Hill also described why one “needs” Scalar. These needs stem from both personal growth and professional use. First, users can become comfortable with multi-threaded, non-linear texts and their creation. The Internet offers new means of communicating ideas, including texts that may not follow the familiar pattern of reading one may find in a traditional print book, and Scalar is a way of being introduced to such practices of publication. This platform also allows authors to annotate all content, including images and video. Further, users can comment on content with any form of media; they are not limited to providing textual annotations but may use video to describe text, images to describe videos, or images to describe images. Finally, Scalar permits its users to create and apply metadata, such as tags, to curate their material. Metadata can be helpful as an organizational tool for the website or book and promotes its relevance in search engines. If a Scalar book is tagged with a topic, websites like Google can detect the tag and offer it as a suggestion to their users.
Following this discussion on the basics of Scalar, Hill explained the more practical components to creating a Scalar “book.” Potential authors interested in developing a project on Scalar should first set up an account. Hill had participants create temporary accounts on Fordham’s Scalar domain, but anyone may register for free at scalar.usc.edu or have their IT department install Scalar for free in their university. Once they have signed up, users can start their project by going to their Dashboard and entering a name into the Create New Book text box and clicking Create.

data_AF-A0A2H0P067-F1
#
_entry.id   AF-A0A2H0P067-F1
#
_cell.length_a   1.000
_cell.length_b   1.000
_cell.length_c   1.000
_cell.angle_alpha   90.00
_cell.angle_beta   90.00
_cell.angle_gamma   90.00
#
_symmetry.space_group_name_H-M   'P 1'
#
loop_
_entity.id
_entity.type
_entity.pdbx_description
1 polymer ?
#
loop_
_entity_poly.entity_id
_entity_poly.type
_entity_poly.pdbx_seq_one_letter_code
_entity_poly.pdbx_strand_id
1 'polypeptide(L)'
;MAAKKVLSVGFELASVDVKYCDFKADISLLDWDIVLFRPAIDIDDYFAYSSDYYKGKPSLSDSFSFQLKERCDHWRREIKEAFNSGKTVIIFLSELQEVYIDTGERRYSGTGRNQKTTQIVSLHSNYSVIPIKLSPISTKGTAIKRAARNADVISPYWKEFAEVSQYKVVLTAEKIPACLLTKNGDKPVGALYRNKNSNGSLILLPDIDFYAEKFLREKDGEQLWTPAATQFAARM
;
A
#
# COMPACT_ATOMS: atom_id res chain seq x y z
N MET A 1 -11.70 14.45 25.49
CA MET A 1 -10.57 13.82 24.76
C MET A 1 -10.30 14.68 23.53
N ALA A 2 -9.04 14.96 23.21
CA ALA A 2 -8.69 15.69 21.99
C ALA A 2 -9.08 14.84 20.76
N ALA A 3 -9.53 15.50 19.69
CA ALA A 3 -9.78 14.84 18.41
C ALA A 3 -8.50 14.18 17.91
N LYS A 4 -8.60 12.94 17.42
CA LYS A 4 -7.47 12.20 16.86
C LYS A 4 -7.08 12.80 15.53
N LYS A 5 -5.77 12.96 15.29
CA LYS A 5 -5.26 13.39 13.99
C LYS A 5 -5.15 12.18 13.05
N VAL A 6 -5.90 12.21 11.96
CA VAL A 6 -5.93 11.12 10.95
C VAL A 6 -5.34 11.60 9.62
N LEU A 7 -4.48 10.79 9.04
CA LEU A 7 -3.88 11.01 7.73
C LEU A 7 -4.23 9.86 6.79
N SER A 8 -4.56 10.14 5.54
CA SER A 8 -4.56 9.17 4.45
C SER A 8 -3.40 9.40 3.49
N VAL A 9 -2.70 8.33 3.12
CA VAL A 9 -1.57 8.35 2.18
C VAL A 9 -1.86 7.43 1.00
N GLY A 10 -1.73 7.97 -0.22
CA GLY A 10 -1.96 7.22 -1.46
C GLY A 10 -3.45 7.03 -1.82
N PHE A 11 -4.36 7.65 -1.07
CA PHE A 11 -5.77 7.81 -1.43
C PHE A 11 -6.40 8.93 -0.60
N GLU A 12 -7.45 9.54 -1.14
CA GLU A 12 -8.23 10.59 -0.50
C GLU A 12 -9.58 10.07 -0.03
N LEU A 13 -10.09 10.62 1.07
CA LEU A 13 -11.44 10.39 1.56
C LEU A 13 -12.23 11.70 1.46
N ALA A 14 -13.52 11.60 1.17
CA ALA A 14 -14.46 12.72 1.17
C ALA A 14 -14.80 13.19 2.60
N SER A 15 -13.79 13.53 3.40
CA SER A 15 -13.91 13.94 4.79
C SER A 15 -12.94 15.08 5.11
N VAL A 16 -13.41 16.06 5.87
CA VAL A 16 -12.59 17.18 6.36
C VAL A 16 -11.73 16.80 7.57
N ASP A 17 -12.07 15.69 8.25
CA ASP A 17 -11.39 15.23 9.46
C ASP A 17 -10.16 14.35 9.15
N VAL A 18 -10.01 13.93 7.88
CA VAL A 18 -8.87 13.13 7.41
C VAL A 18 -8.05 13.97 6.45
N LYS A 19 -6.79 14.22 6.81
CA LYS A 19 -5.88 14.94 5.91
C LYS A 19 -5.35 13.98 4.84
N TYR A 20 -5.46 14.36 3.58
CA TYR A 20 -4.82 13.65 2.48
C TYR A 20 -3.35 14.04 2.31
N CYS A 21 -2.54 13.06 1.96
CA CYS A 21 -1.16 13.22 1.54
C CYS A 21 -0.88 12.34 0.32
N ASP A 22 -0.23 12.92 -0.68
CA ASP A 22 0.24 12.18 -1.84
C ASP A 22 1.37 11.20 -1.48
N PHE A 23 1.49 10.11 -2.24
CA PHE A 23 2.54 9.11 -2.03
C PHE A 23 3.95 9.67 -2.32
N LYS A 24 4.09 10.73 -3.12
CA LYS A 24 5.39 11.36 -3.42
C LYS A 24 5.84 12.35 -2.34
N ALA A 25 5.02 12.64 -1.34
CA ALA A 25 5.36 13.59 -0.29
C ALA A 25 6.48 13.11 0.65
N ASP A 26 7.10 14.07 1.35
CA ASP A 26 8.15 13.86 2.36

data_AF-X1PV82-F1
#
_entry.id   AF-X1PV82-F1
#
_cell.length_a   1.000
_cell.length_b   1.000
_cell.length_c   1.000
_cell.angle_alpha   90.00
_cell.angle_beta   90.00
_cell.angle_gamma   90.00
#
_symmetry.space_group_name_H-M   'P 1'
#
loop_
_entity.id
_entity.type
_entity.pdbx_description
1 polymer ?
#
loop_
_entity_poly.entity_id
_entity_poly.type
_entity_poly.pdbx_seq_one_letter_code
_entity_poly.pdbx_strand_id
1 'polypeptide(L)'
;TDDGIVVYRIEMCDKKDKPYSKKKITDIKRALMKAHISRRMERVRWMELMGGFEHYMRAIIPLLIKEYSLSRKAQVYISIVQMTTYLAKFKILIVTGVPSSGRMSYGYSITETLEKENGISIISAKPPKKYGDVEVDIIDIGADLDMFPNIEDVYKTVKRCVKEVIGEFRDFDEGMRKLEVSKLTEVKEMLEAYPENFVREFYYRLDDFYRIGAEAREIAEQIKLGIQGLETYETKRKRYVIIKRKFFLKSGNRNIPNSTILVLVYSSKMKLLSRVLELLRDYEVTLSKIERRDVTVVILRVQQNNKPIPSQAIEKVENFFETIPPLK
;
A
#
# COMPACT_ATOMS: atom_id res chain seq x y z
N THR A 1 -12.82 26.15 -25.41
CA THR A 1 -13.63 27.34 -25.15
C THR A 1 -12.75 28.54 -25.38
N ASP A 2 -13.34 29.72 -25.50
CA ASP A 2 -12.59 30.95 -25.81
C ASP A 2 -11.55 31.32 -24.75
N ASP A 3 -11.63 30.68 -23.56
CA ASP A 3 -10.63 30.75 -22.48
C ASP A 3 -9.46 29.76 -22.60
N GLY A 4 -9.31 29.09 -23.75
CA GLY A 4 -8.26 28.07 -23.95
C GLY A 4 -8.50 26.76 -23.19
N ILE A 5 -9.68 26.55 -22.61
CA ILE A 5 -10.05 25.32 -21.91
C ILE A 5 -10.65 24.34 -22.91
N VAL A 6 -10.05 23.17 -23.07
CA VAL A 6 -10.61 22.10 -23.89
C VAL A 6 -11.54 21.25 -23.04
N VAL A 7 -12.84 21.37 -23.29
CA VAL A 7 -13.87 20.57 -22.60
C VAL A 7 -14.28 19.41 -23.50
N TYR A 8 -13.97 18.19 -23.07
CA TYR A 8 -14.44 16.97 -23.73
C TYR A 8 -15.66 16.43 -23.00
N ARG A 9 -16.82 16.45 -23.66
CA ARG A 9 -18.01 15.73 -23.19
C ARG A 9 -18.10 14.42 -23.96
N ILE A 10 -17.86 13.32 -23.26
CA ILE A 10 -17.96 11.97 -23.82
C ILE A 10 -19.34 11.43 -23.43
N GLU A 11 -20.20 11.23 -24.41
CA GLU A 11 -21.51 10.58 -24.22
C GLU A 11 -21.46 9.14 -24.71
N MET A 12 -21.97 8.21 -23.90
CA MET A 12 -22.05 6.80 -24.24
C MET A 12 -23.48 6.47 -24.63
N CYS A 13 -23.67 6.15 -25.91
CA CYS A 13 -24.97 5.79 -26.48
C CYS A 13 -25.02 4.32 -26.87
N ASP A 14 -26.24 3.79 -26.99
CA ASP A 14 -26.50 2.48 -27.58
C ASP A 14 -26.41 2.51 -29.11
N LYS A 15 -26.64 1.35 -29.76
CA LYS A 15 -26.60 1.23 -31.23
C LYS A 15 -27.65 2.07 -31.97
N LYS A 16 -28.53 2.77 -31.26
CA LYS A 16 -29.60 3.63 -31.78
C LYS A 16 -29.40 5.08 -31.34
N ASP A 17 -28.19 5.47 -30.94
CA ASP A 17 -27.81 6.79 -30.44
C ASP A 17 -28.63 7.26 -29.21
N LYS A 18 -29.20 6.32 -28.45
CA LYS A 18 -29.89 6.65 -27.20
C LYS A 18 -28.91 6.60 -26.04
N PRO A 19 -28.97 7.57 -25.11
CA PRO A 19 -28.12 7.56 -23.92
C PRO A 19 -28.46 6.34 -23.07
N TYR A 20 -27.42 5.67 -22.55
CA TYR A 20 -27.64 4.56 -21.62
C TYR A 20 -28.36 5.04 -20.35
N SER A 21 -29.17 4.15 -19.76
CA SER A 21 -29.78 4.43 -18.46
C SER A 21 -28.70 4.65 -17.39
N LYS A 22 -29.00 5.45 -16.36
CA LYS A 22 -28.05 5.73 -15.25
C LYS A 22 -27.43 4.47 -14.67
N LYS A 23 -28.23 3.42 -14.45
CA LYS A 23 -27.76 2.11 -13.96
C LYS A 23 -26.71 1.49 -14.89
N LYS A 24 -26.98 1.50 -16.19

The rest of the workshop was divided into three major sections according to level of ability: core skills, intermediate skills, and advanced skills. Core skills, as described by Hill, included text, images, video, and paths. A page must be added for each piece of text in the “book;” on each page, users will give a title and description before adding the text in the editor. Images and videos are then added through the Local Media Files option under the Import Menu, and a title and description is added to these media pages as well. The images users add to Scalar may come from the Internet or local computer files and are stored locally on Scalar. Videos, however, must be stored through a different service and streamed to Scalar from websites like YouTube or Vimeo.